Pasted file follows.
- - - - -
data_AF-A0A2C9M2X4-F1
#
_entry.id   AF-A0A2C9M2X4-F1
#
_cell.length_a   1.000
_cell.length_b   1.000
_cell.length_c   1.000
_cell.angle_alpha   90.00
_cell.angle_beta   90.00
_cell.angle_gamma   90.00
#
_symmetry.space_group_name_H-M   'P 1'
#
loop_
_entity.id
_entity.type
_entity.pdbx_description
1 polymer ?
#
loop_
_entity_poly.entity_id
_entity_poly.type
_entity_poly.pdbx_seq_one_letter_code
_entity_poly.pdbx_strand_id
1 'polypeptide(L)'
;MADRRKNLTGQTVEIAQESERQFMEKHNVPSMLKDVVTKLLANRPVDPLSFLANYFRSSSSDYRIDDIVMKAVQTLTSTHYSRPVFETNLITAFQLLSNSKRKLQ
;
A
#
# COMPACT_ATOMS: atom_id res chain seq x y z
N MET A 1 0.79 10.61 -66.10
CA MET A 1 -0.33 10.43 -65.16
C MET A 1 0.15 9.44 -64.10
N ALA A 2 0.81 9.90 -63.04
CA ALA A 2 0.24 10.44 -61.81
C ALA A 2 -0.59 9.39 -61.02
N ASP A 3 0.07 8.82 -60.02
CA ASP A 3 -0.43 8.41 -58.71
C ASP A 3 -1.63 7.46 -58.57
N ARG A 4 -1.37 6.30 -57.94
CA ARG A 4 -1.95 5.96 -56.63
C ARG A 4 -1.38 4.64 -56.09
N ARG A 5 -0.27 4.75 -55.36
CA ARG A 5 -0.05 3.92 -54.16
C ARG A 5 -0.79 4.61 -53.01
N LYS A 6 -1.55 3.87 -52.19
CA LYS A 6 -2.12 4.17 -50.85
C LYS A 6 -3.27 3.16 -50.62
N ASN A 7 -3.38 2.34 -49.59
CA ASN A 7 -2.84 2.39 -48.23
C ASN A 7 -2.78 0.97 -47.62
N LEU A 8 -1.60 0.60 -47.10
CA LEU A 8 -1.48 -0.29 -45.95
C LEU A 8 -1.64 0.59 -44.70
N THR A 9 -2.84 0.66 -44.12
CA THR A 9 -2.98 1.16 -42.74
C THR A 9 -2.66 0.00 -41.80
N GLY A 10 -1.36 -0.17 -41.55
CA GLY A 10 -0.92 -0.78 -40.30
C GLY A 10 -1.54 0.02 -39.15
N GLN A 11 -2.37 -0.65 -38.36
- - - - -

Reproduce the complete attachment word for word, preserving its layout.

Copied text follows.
data_AF-A0A2C9M2X4-F1
#
_entry.id   AF-A0A2C9M2X4-F1
#
_cell.length_a   1.000
_cell.length_b   1.000
_cell.length_c   1.000
_cell.angle_alpha   90.00
_cell.angle_beta   90.00
_cell.angle_gamma   90.00
#
_symmetry.space_group_name_H-M   'P 1'
#
loop_
_entity.id
_entity.type
_entity.pdbx_description
1 polymer ?
#
loop_
_entity_poly.entity_id
_entity_poly.type
_entity_poly.pdbx_seq_one_letter_code
_entity_poly.pdbx_strand_id
1 'polypeptide(L)'
;MADRRKNLTGQTVEIAQESERQFMEKHNVPSMLKDVVTKLLANRPVDPLSFLANYFRSSSSDYRIDDIVMKAVQTLTSTHYSRPVFETNLITAFQLLSNSKRKLQ
;
A
#
# COMPACT_ATOMS: atom_id res chain seq x y z
N MET A 1 0.79 10.61 -66.10
CA MET A 1 -0.33 10.43 -65.16
C MET A 1 0.15 9.44 -64.10
N ALA A 2 0.81 9.90 -63.04
CA ALA A 2 0.24 10.44 -61.81
C ALA A 2 -0.59 9.39 -61.02
N ASP A 3 0.07 8.82 -60.02
CA ASP A 3 -0.43 8.41 -58.71
C ASP A 3 -1.63 7.46 -58.57
N ARG A 4 -1.37 6.30 -57.94
CA ARG A 4 -1.95 5.96 -56.63
C ARG A 4 -1.38 4.64 -56.09
N ARG A 5 -0.27 4.75 -55.36
CA ARG A 5 -0.05 3.92 -54.16
C ARG A 5 -0.79 4.61 -53.01
N LYS A 6 -1.55 3.87 -52.19
CA LYS A 6 -2.12 4.17 -50.85
C LYS A 6 -3.27 3.16 -50.62
N ASN A 7 -3.38 2.34 -49.59
CA ASN A 7 -2.84 2.39 -48.23
C ASN A 7 -2.78 0.97 -47.62
N LEU A 8 -1.60 0.60 -47.10
CA LEU A 8 -1.48 -0.29 -45.95
C LEU A 8 -1.64 0.59 -44.70
N THR A 9 -2.84 0.66 -44.12
CA THR A 9 -2.98 1.16 -42.74
C THR A 9 -2.66 0.00 -41.80
N GLY A 10 -1.36 -0.17 -41.55
CA GLY A 10 -0.92 -0.78 -40.30
C GLY A 10 -1.54 0.02 -39.15
N GLN A 11 -2.37 -0.65 -38.36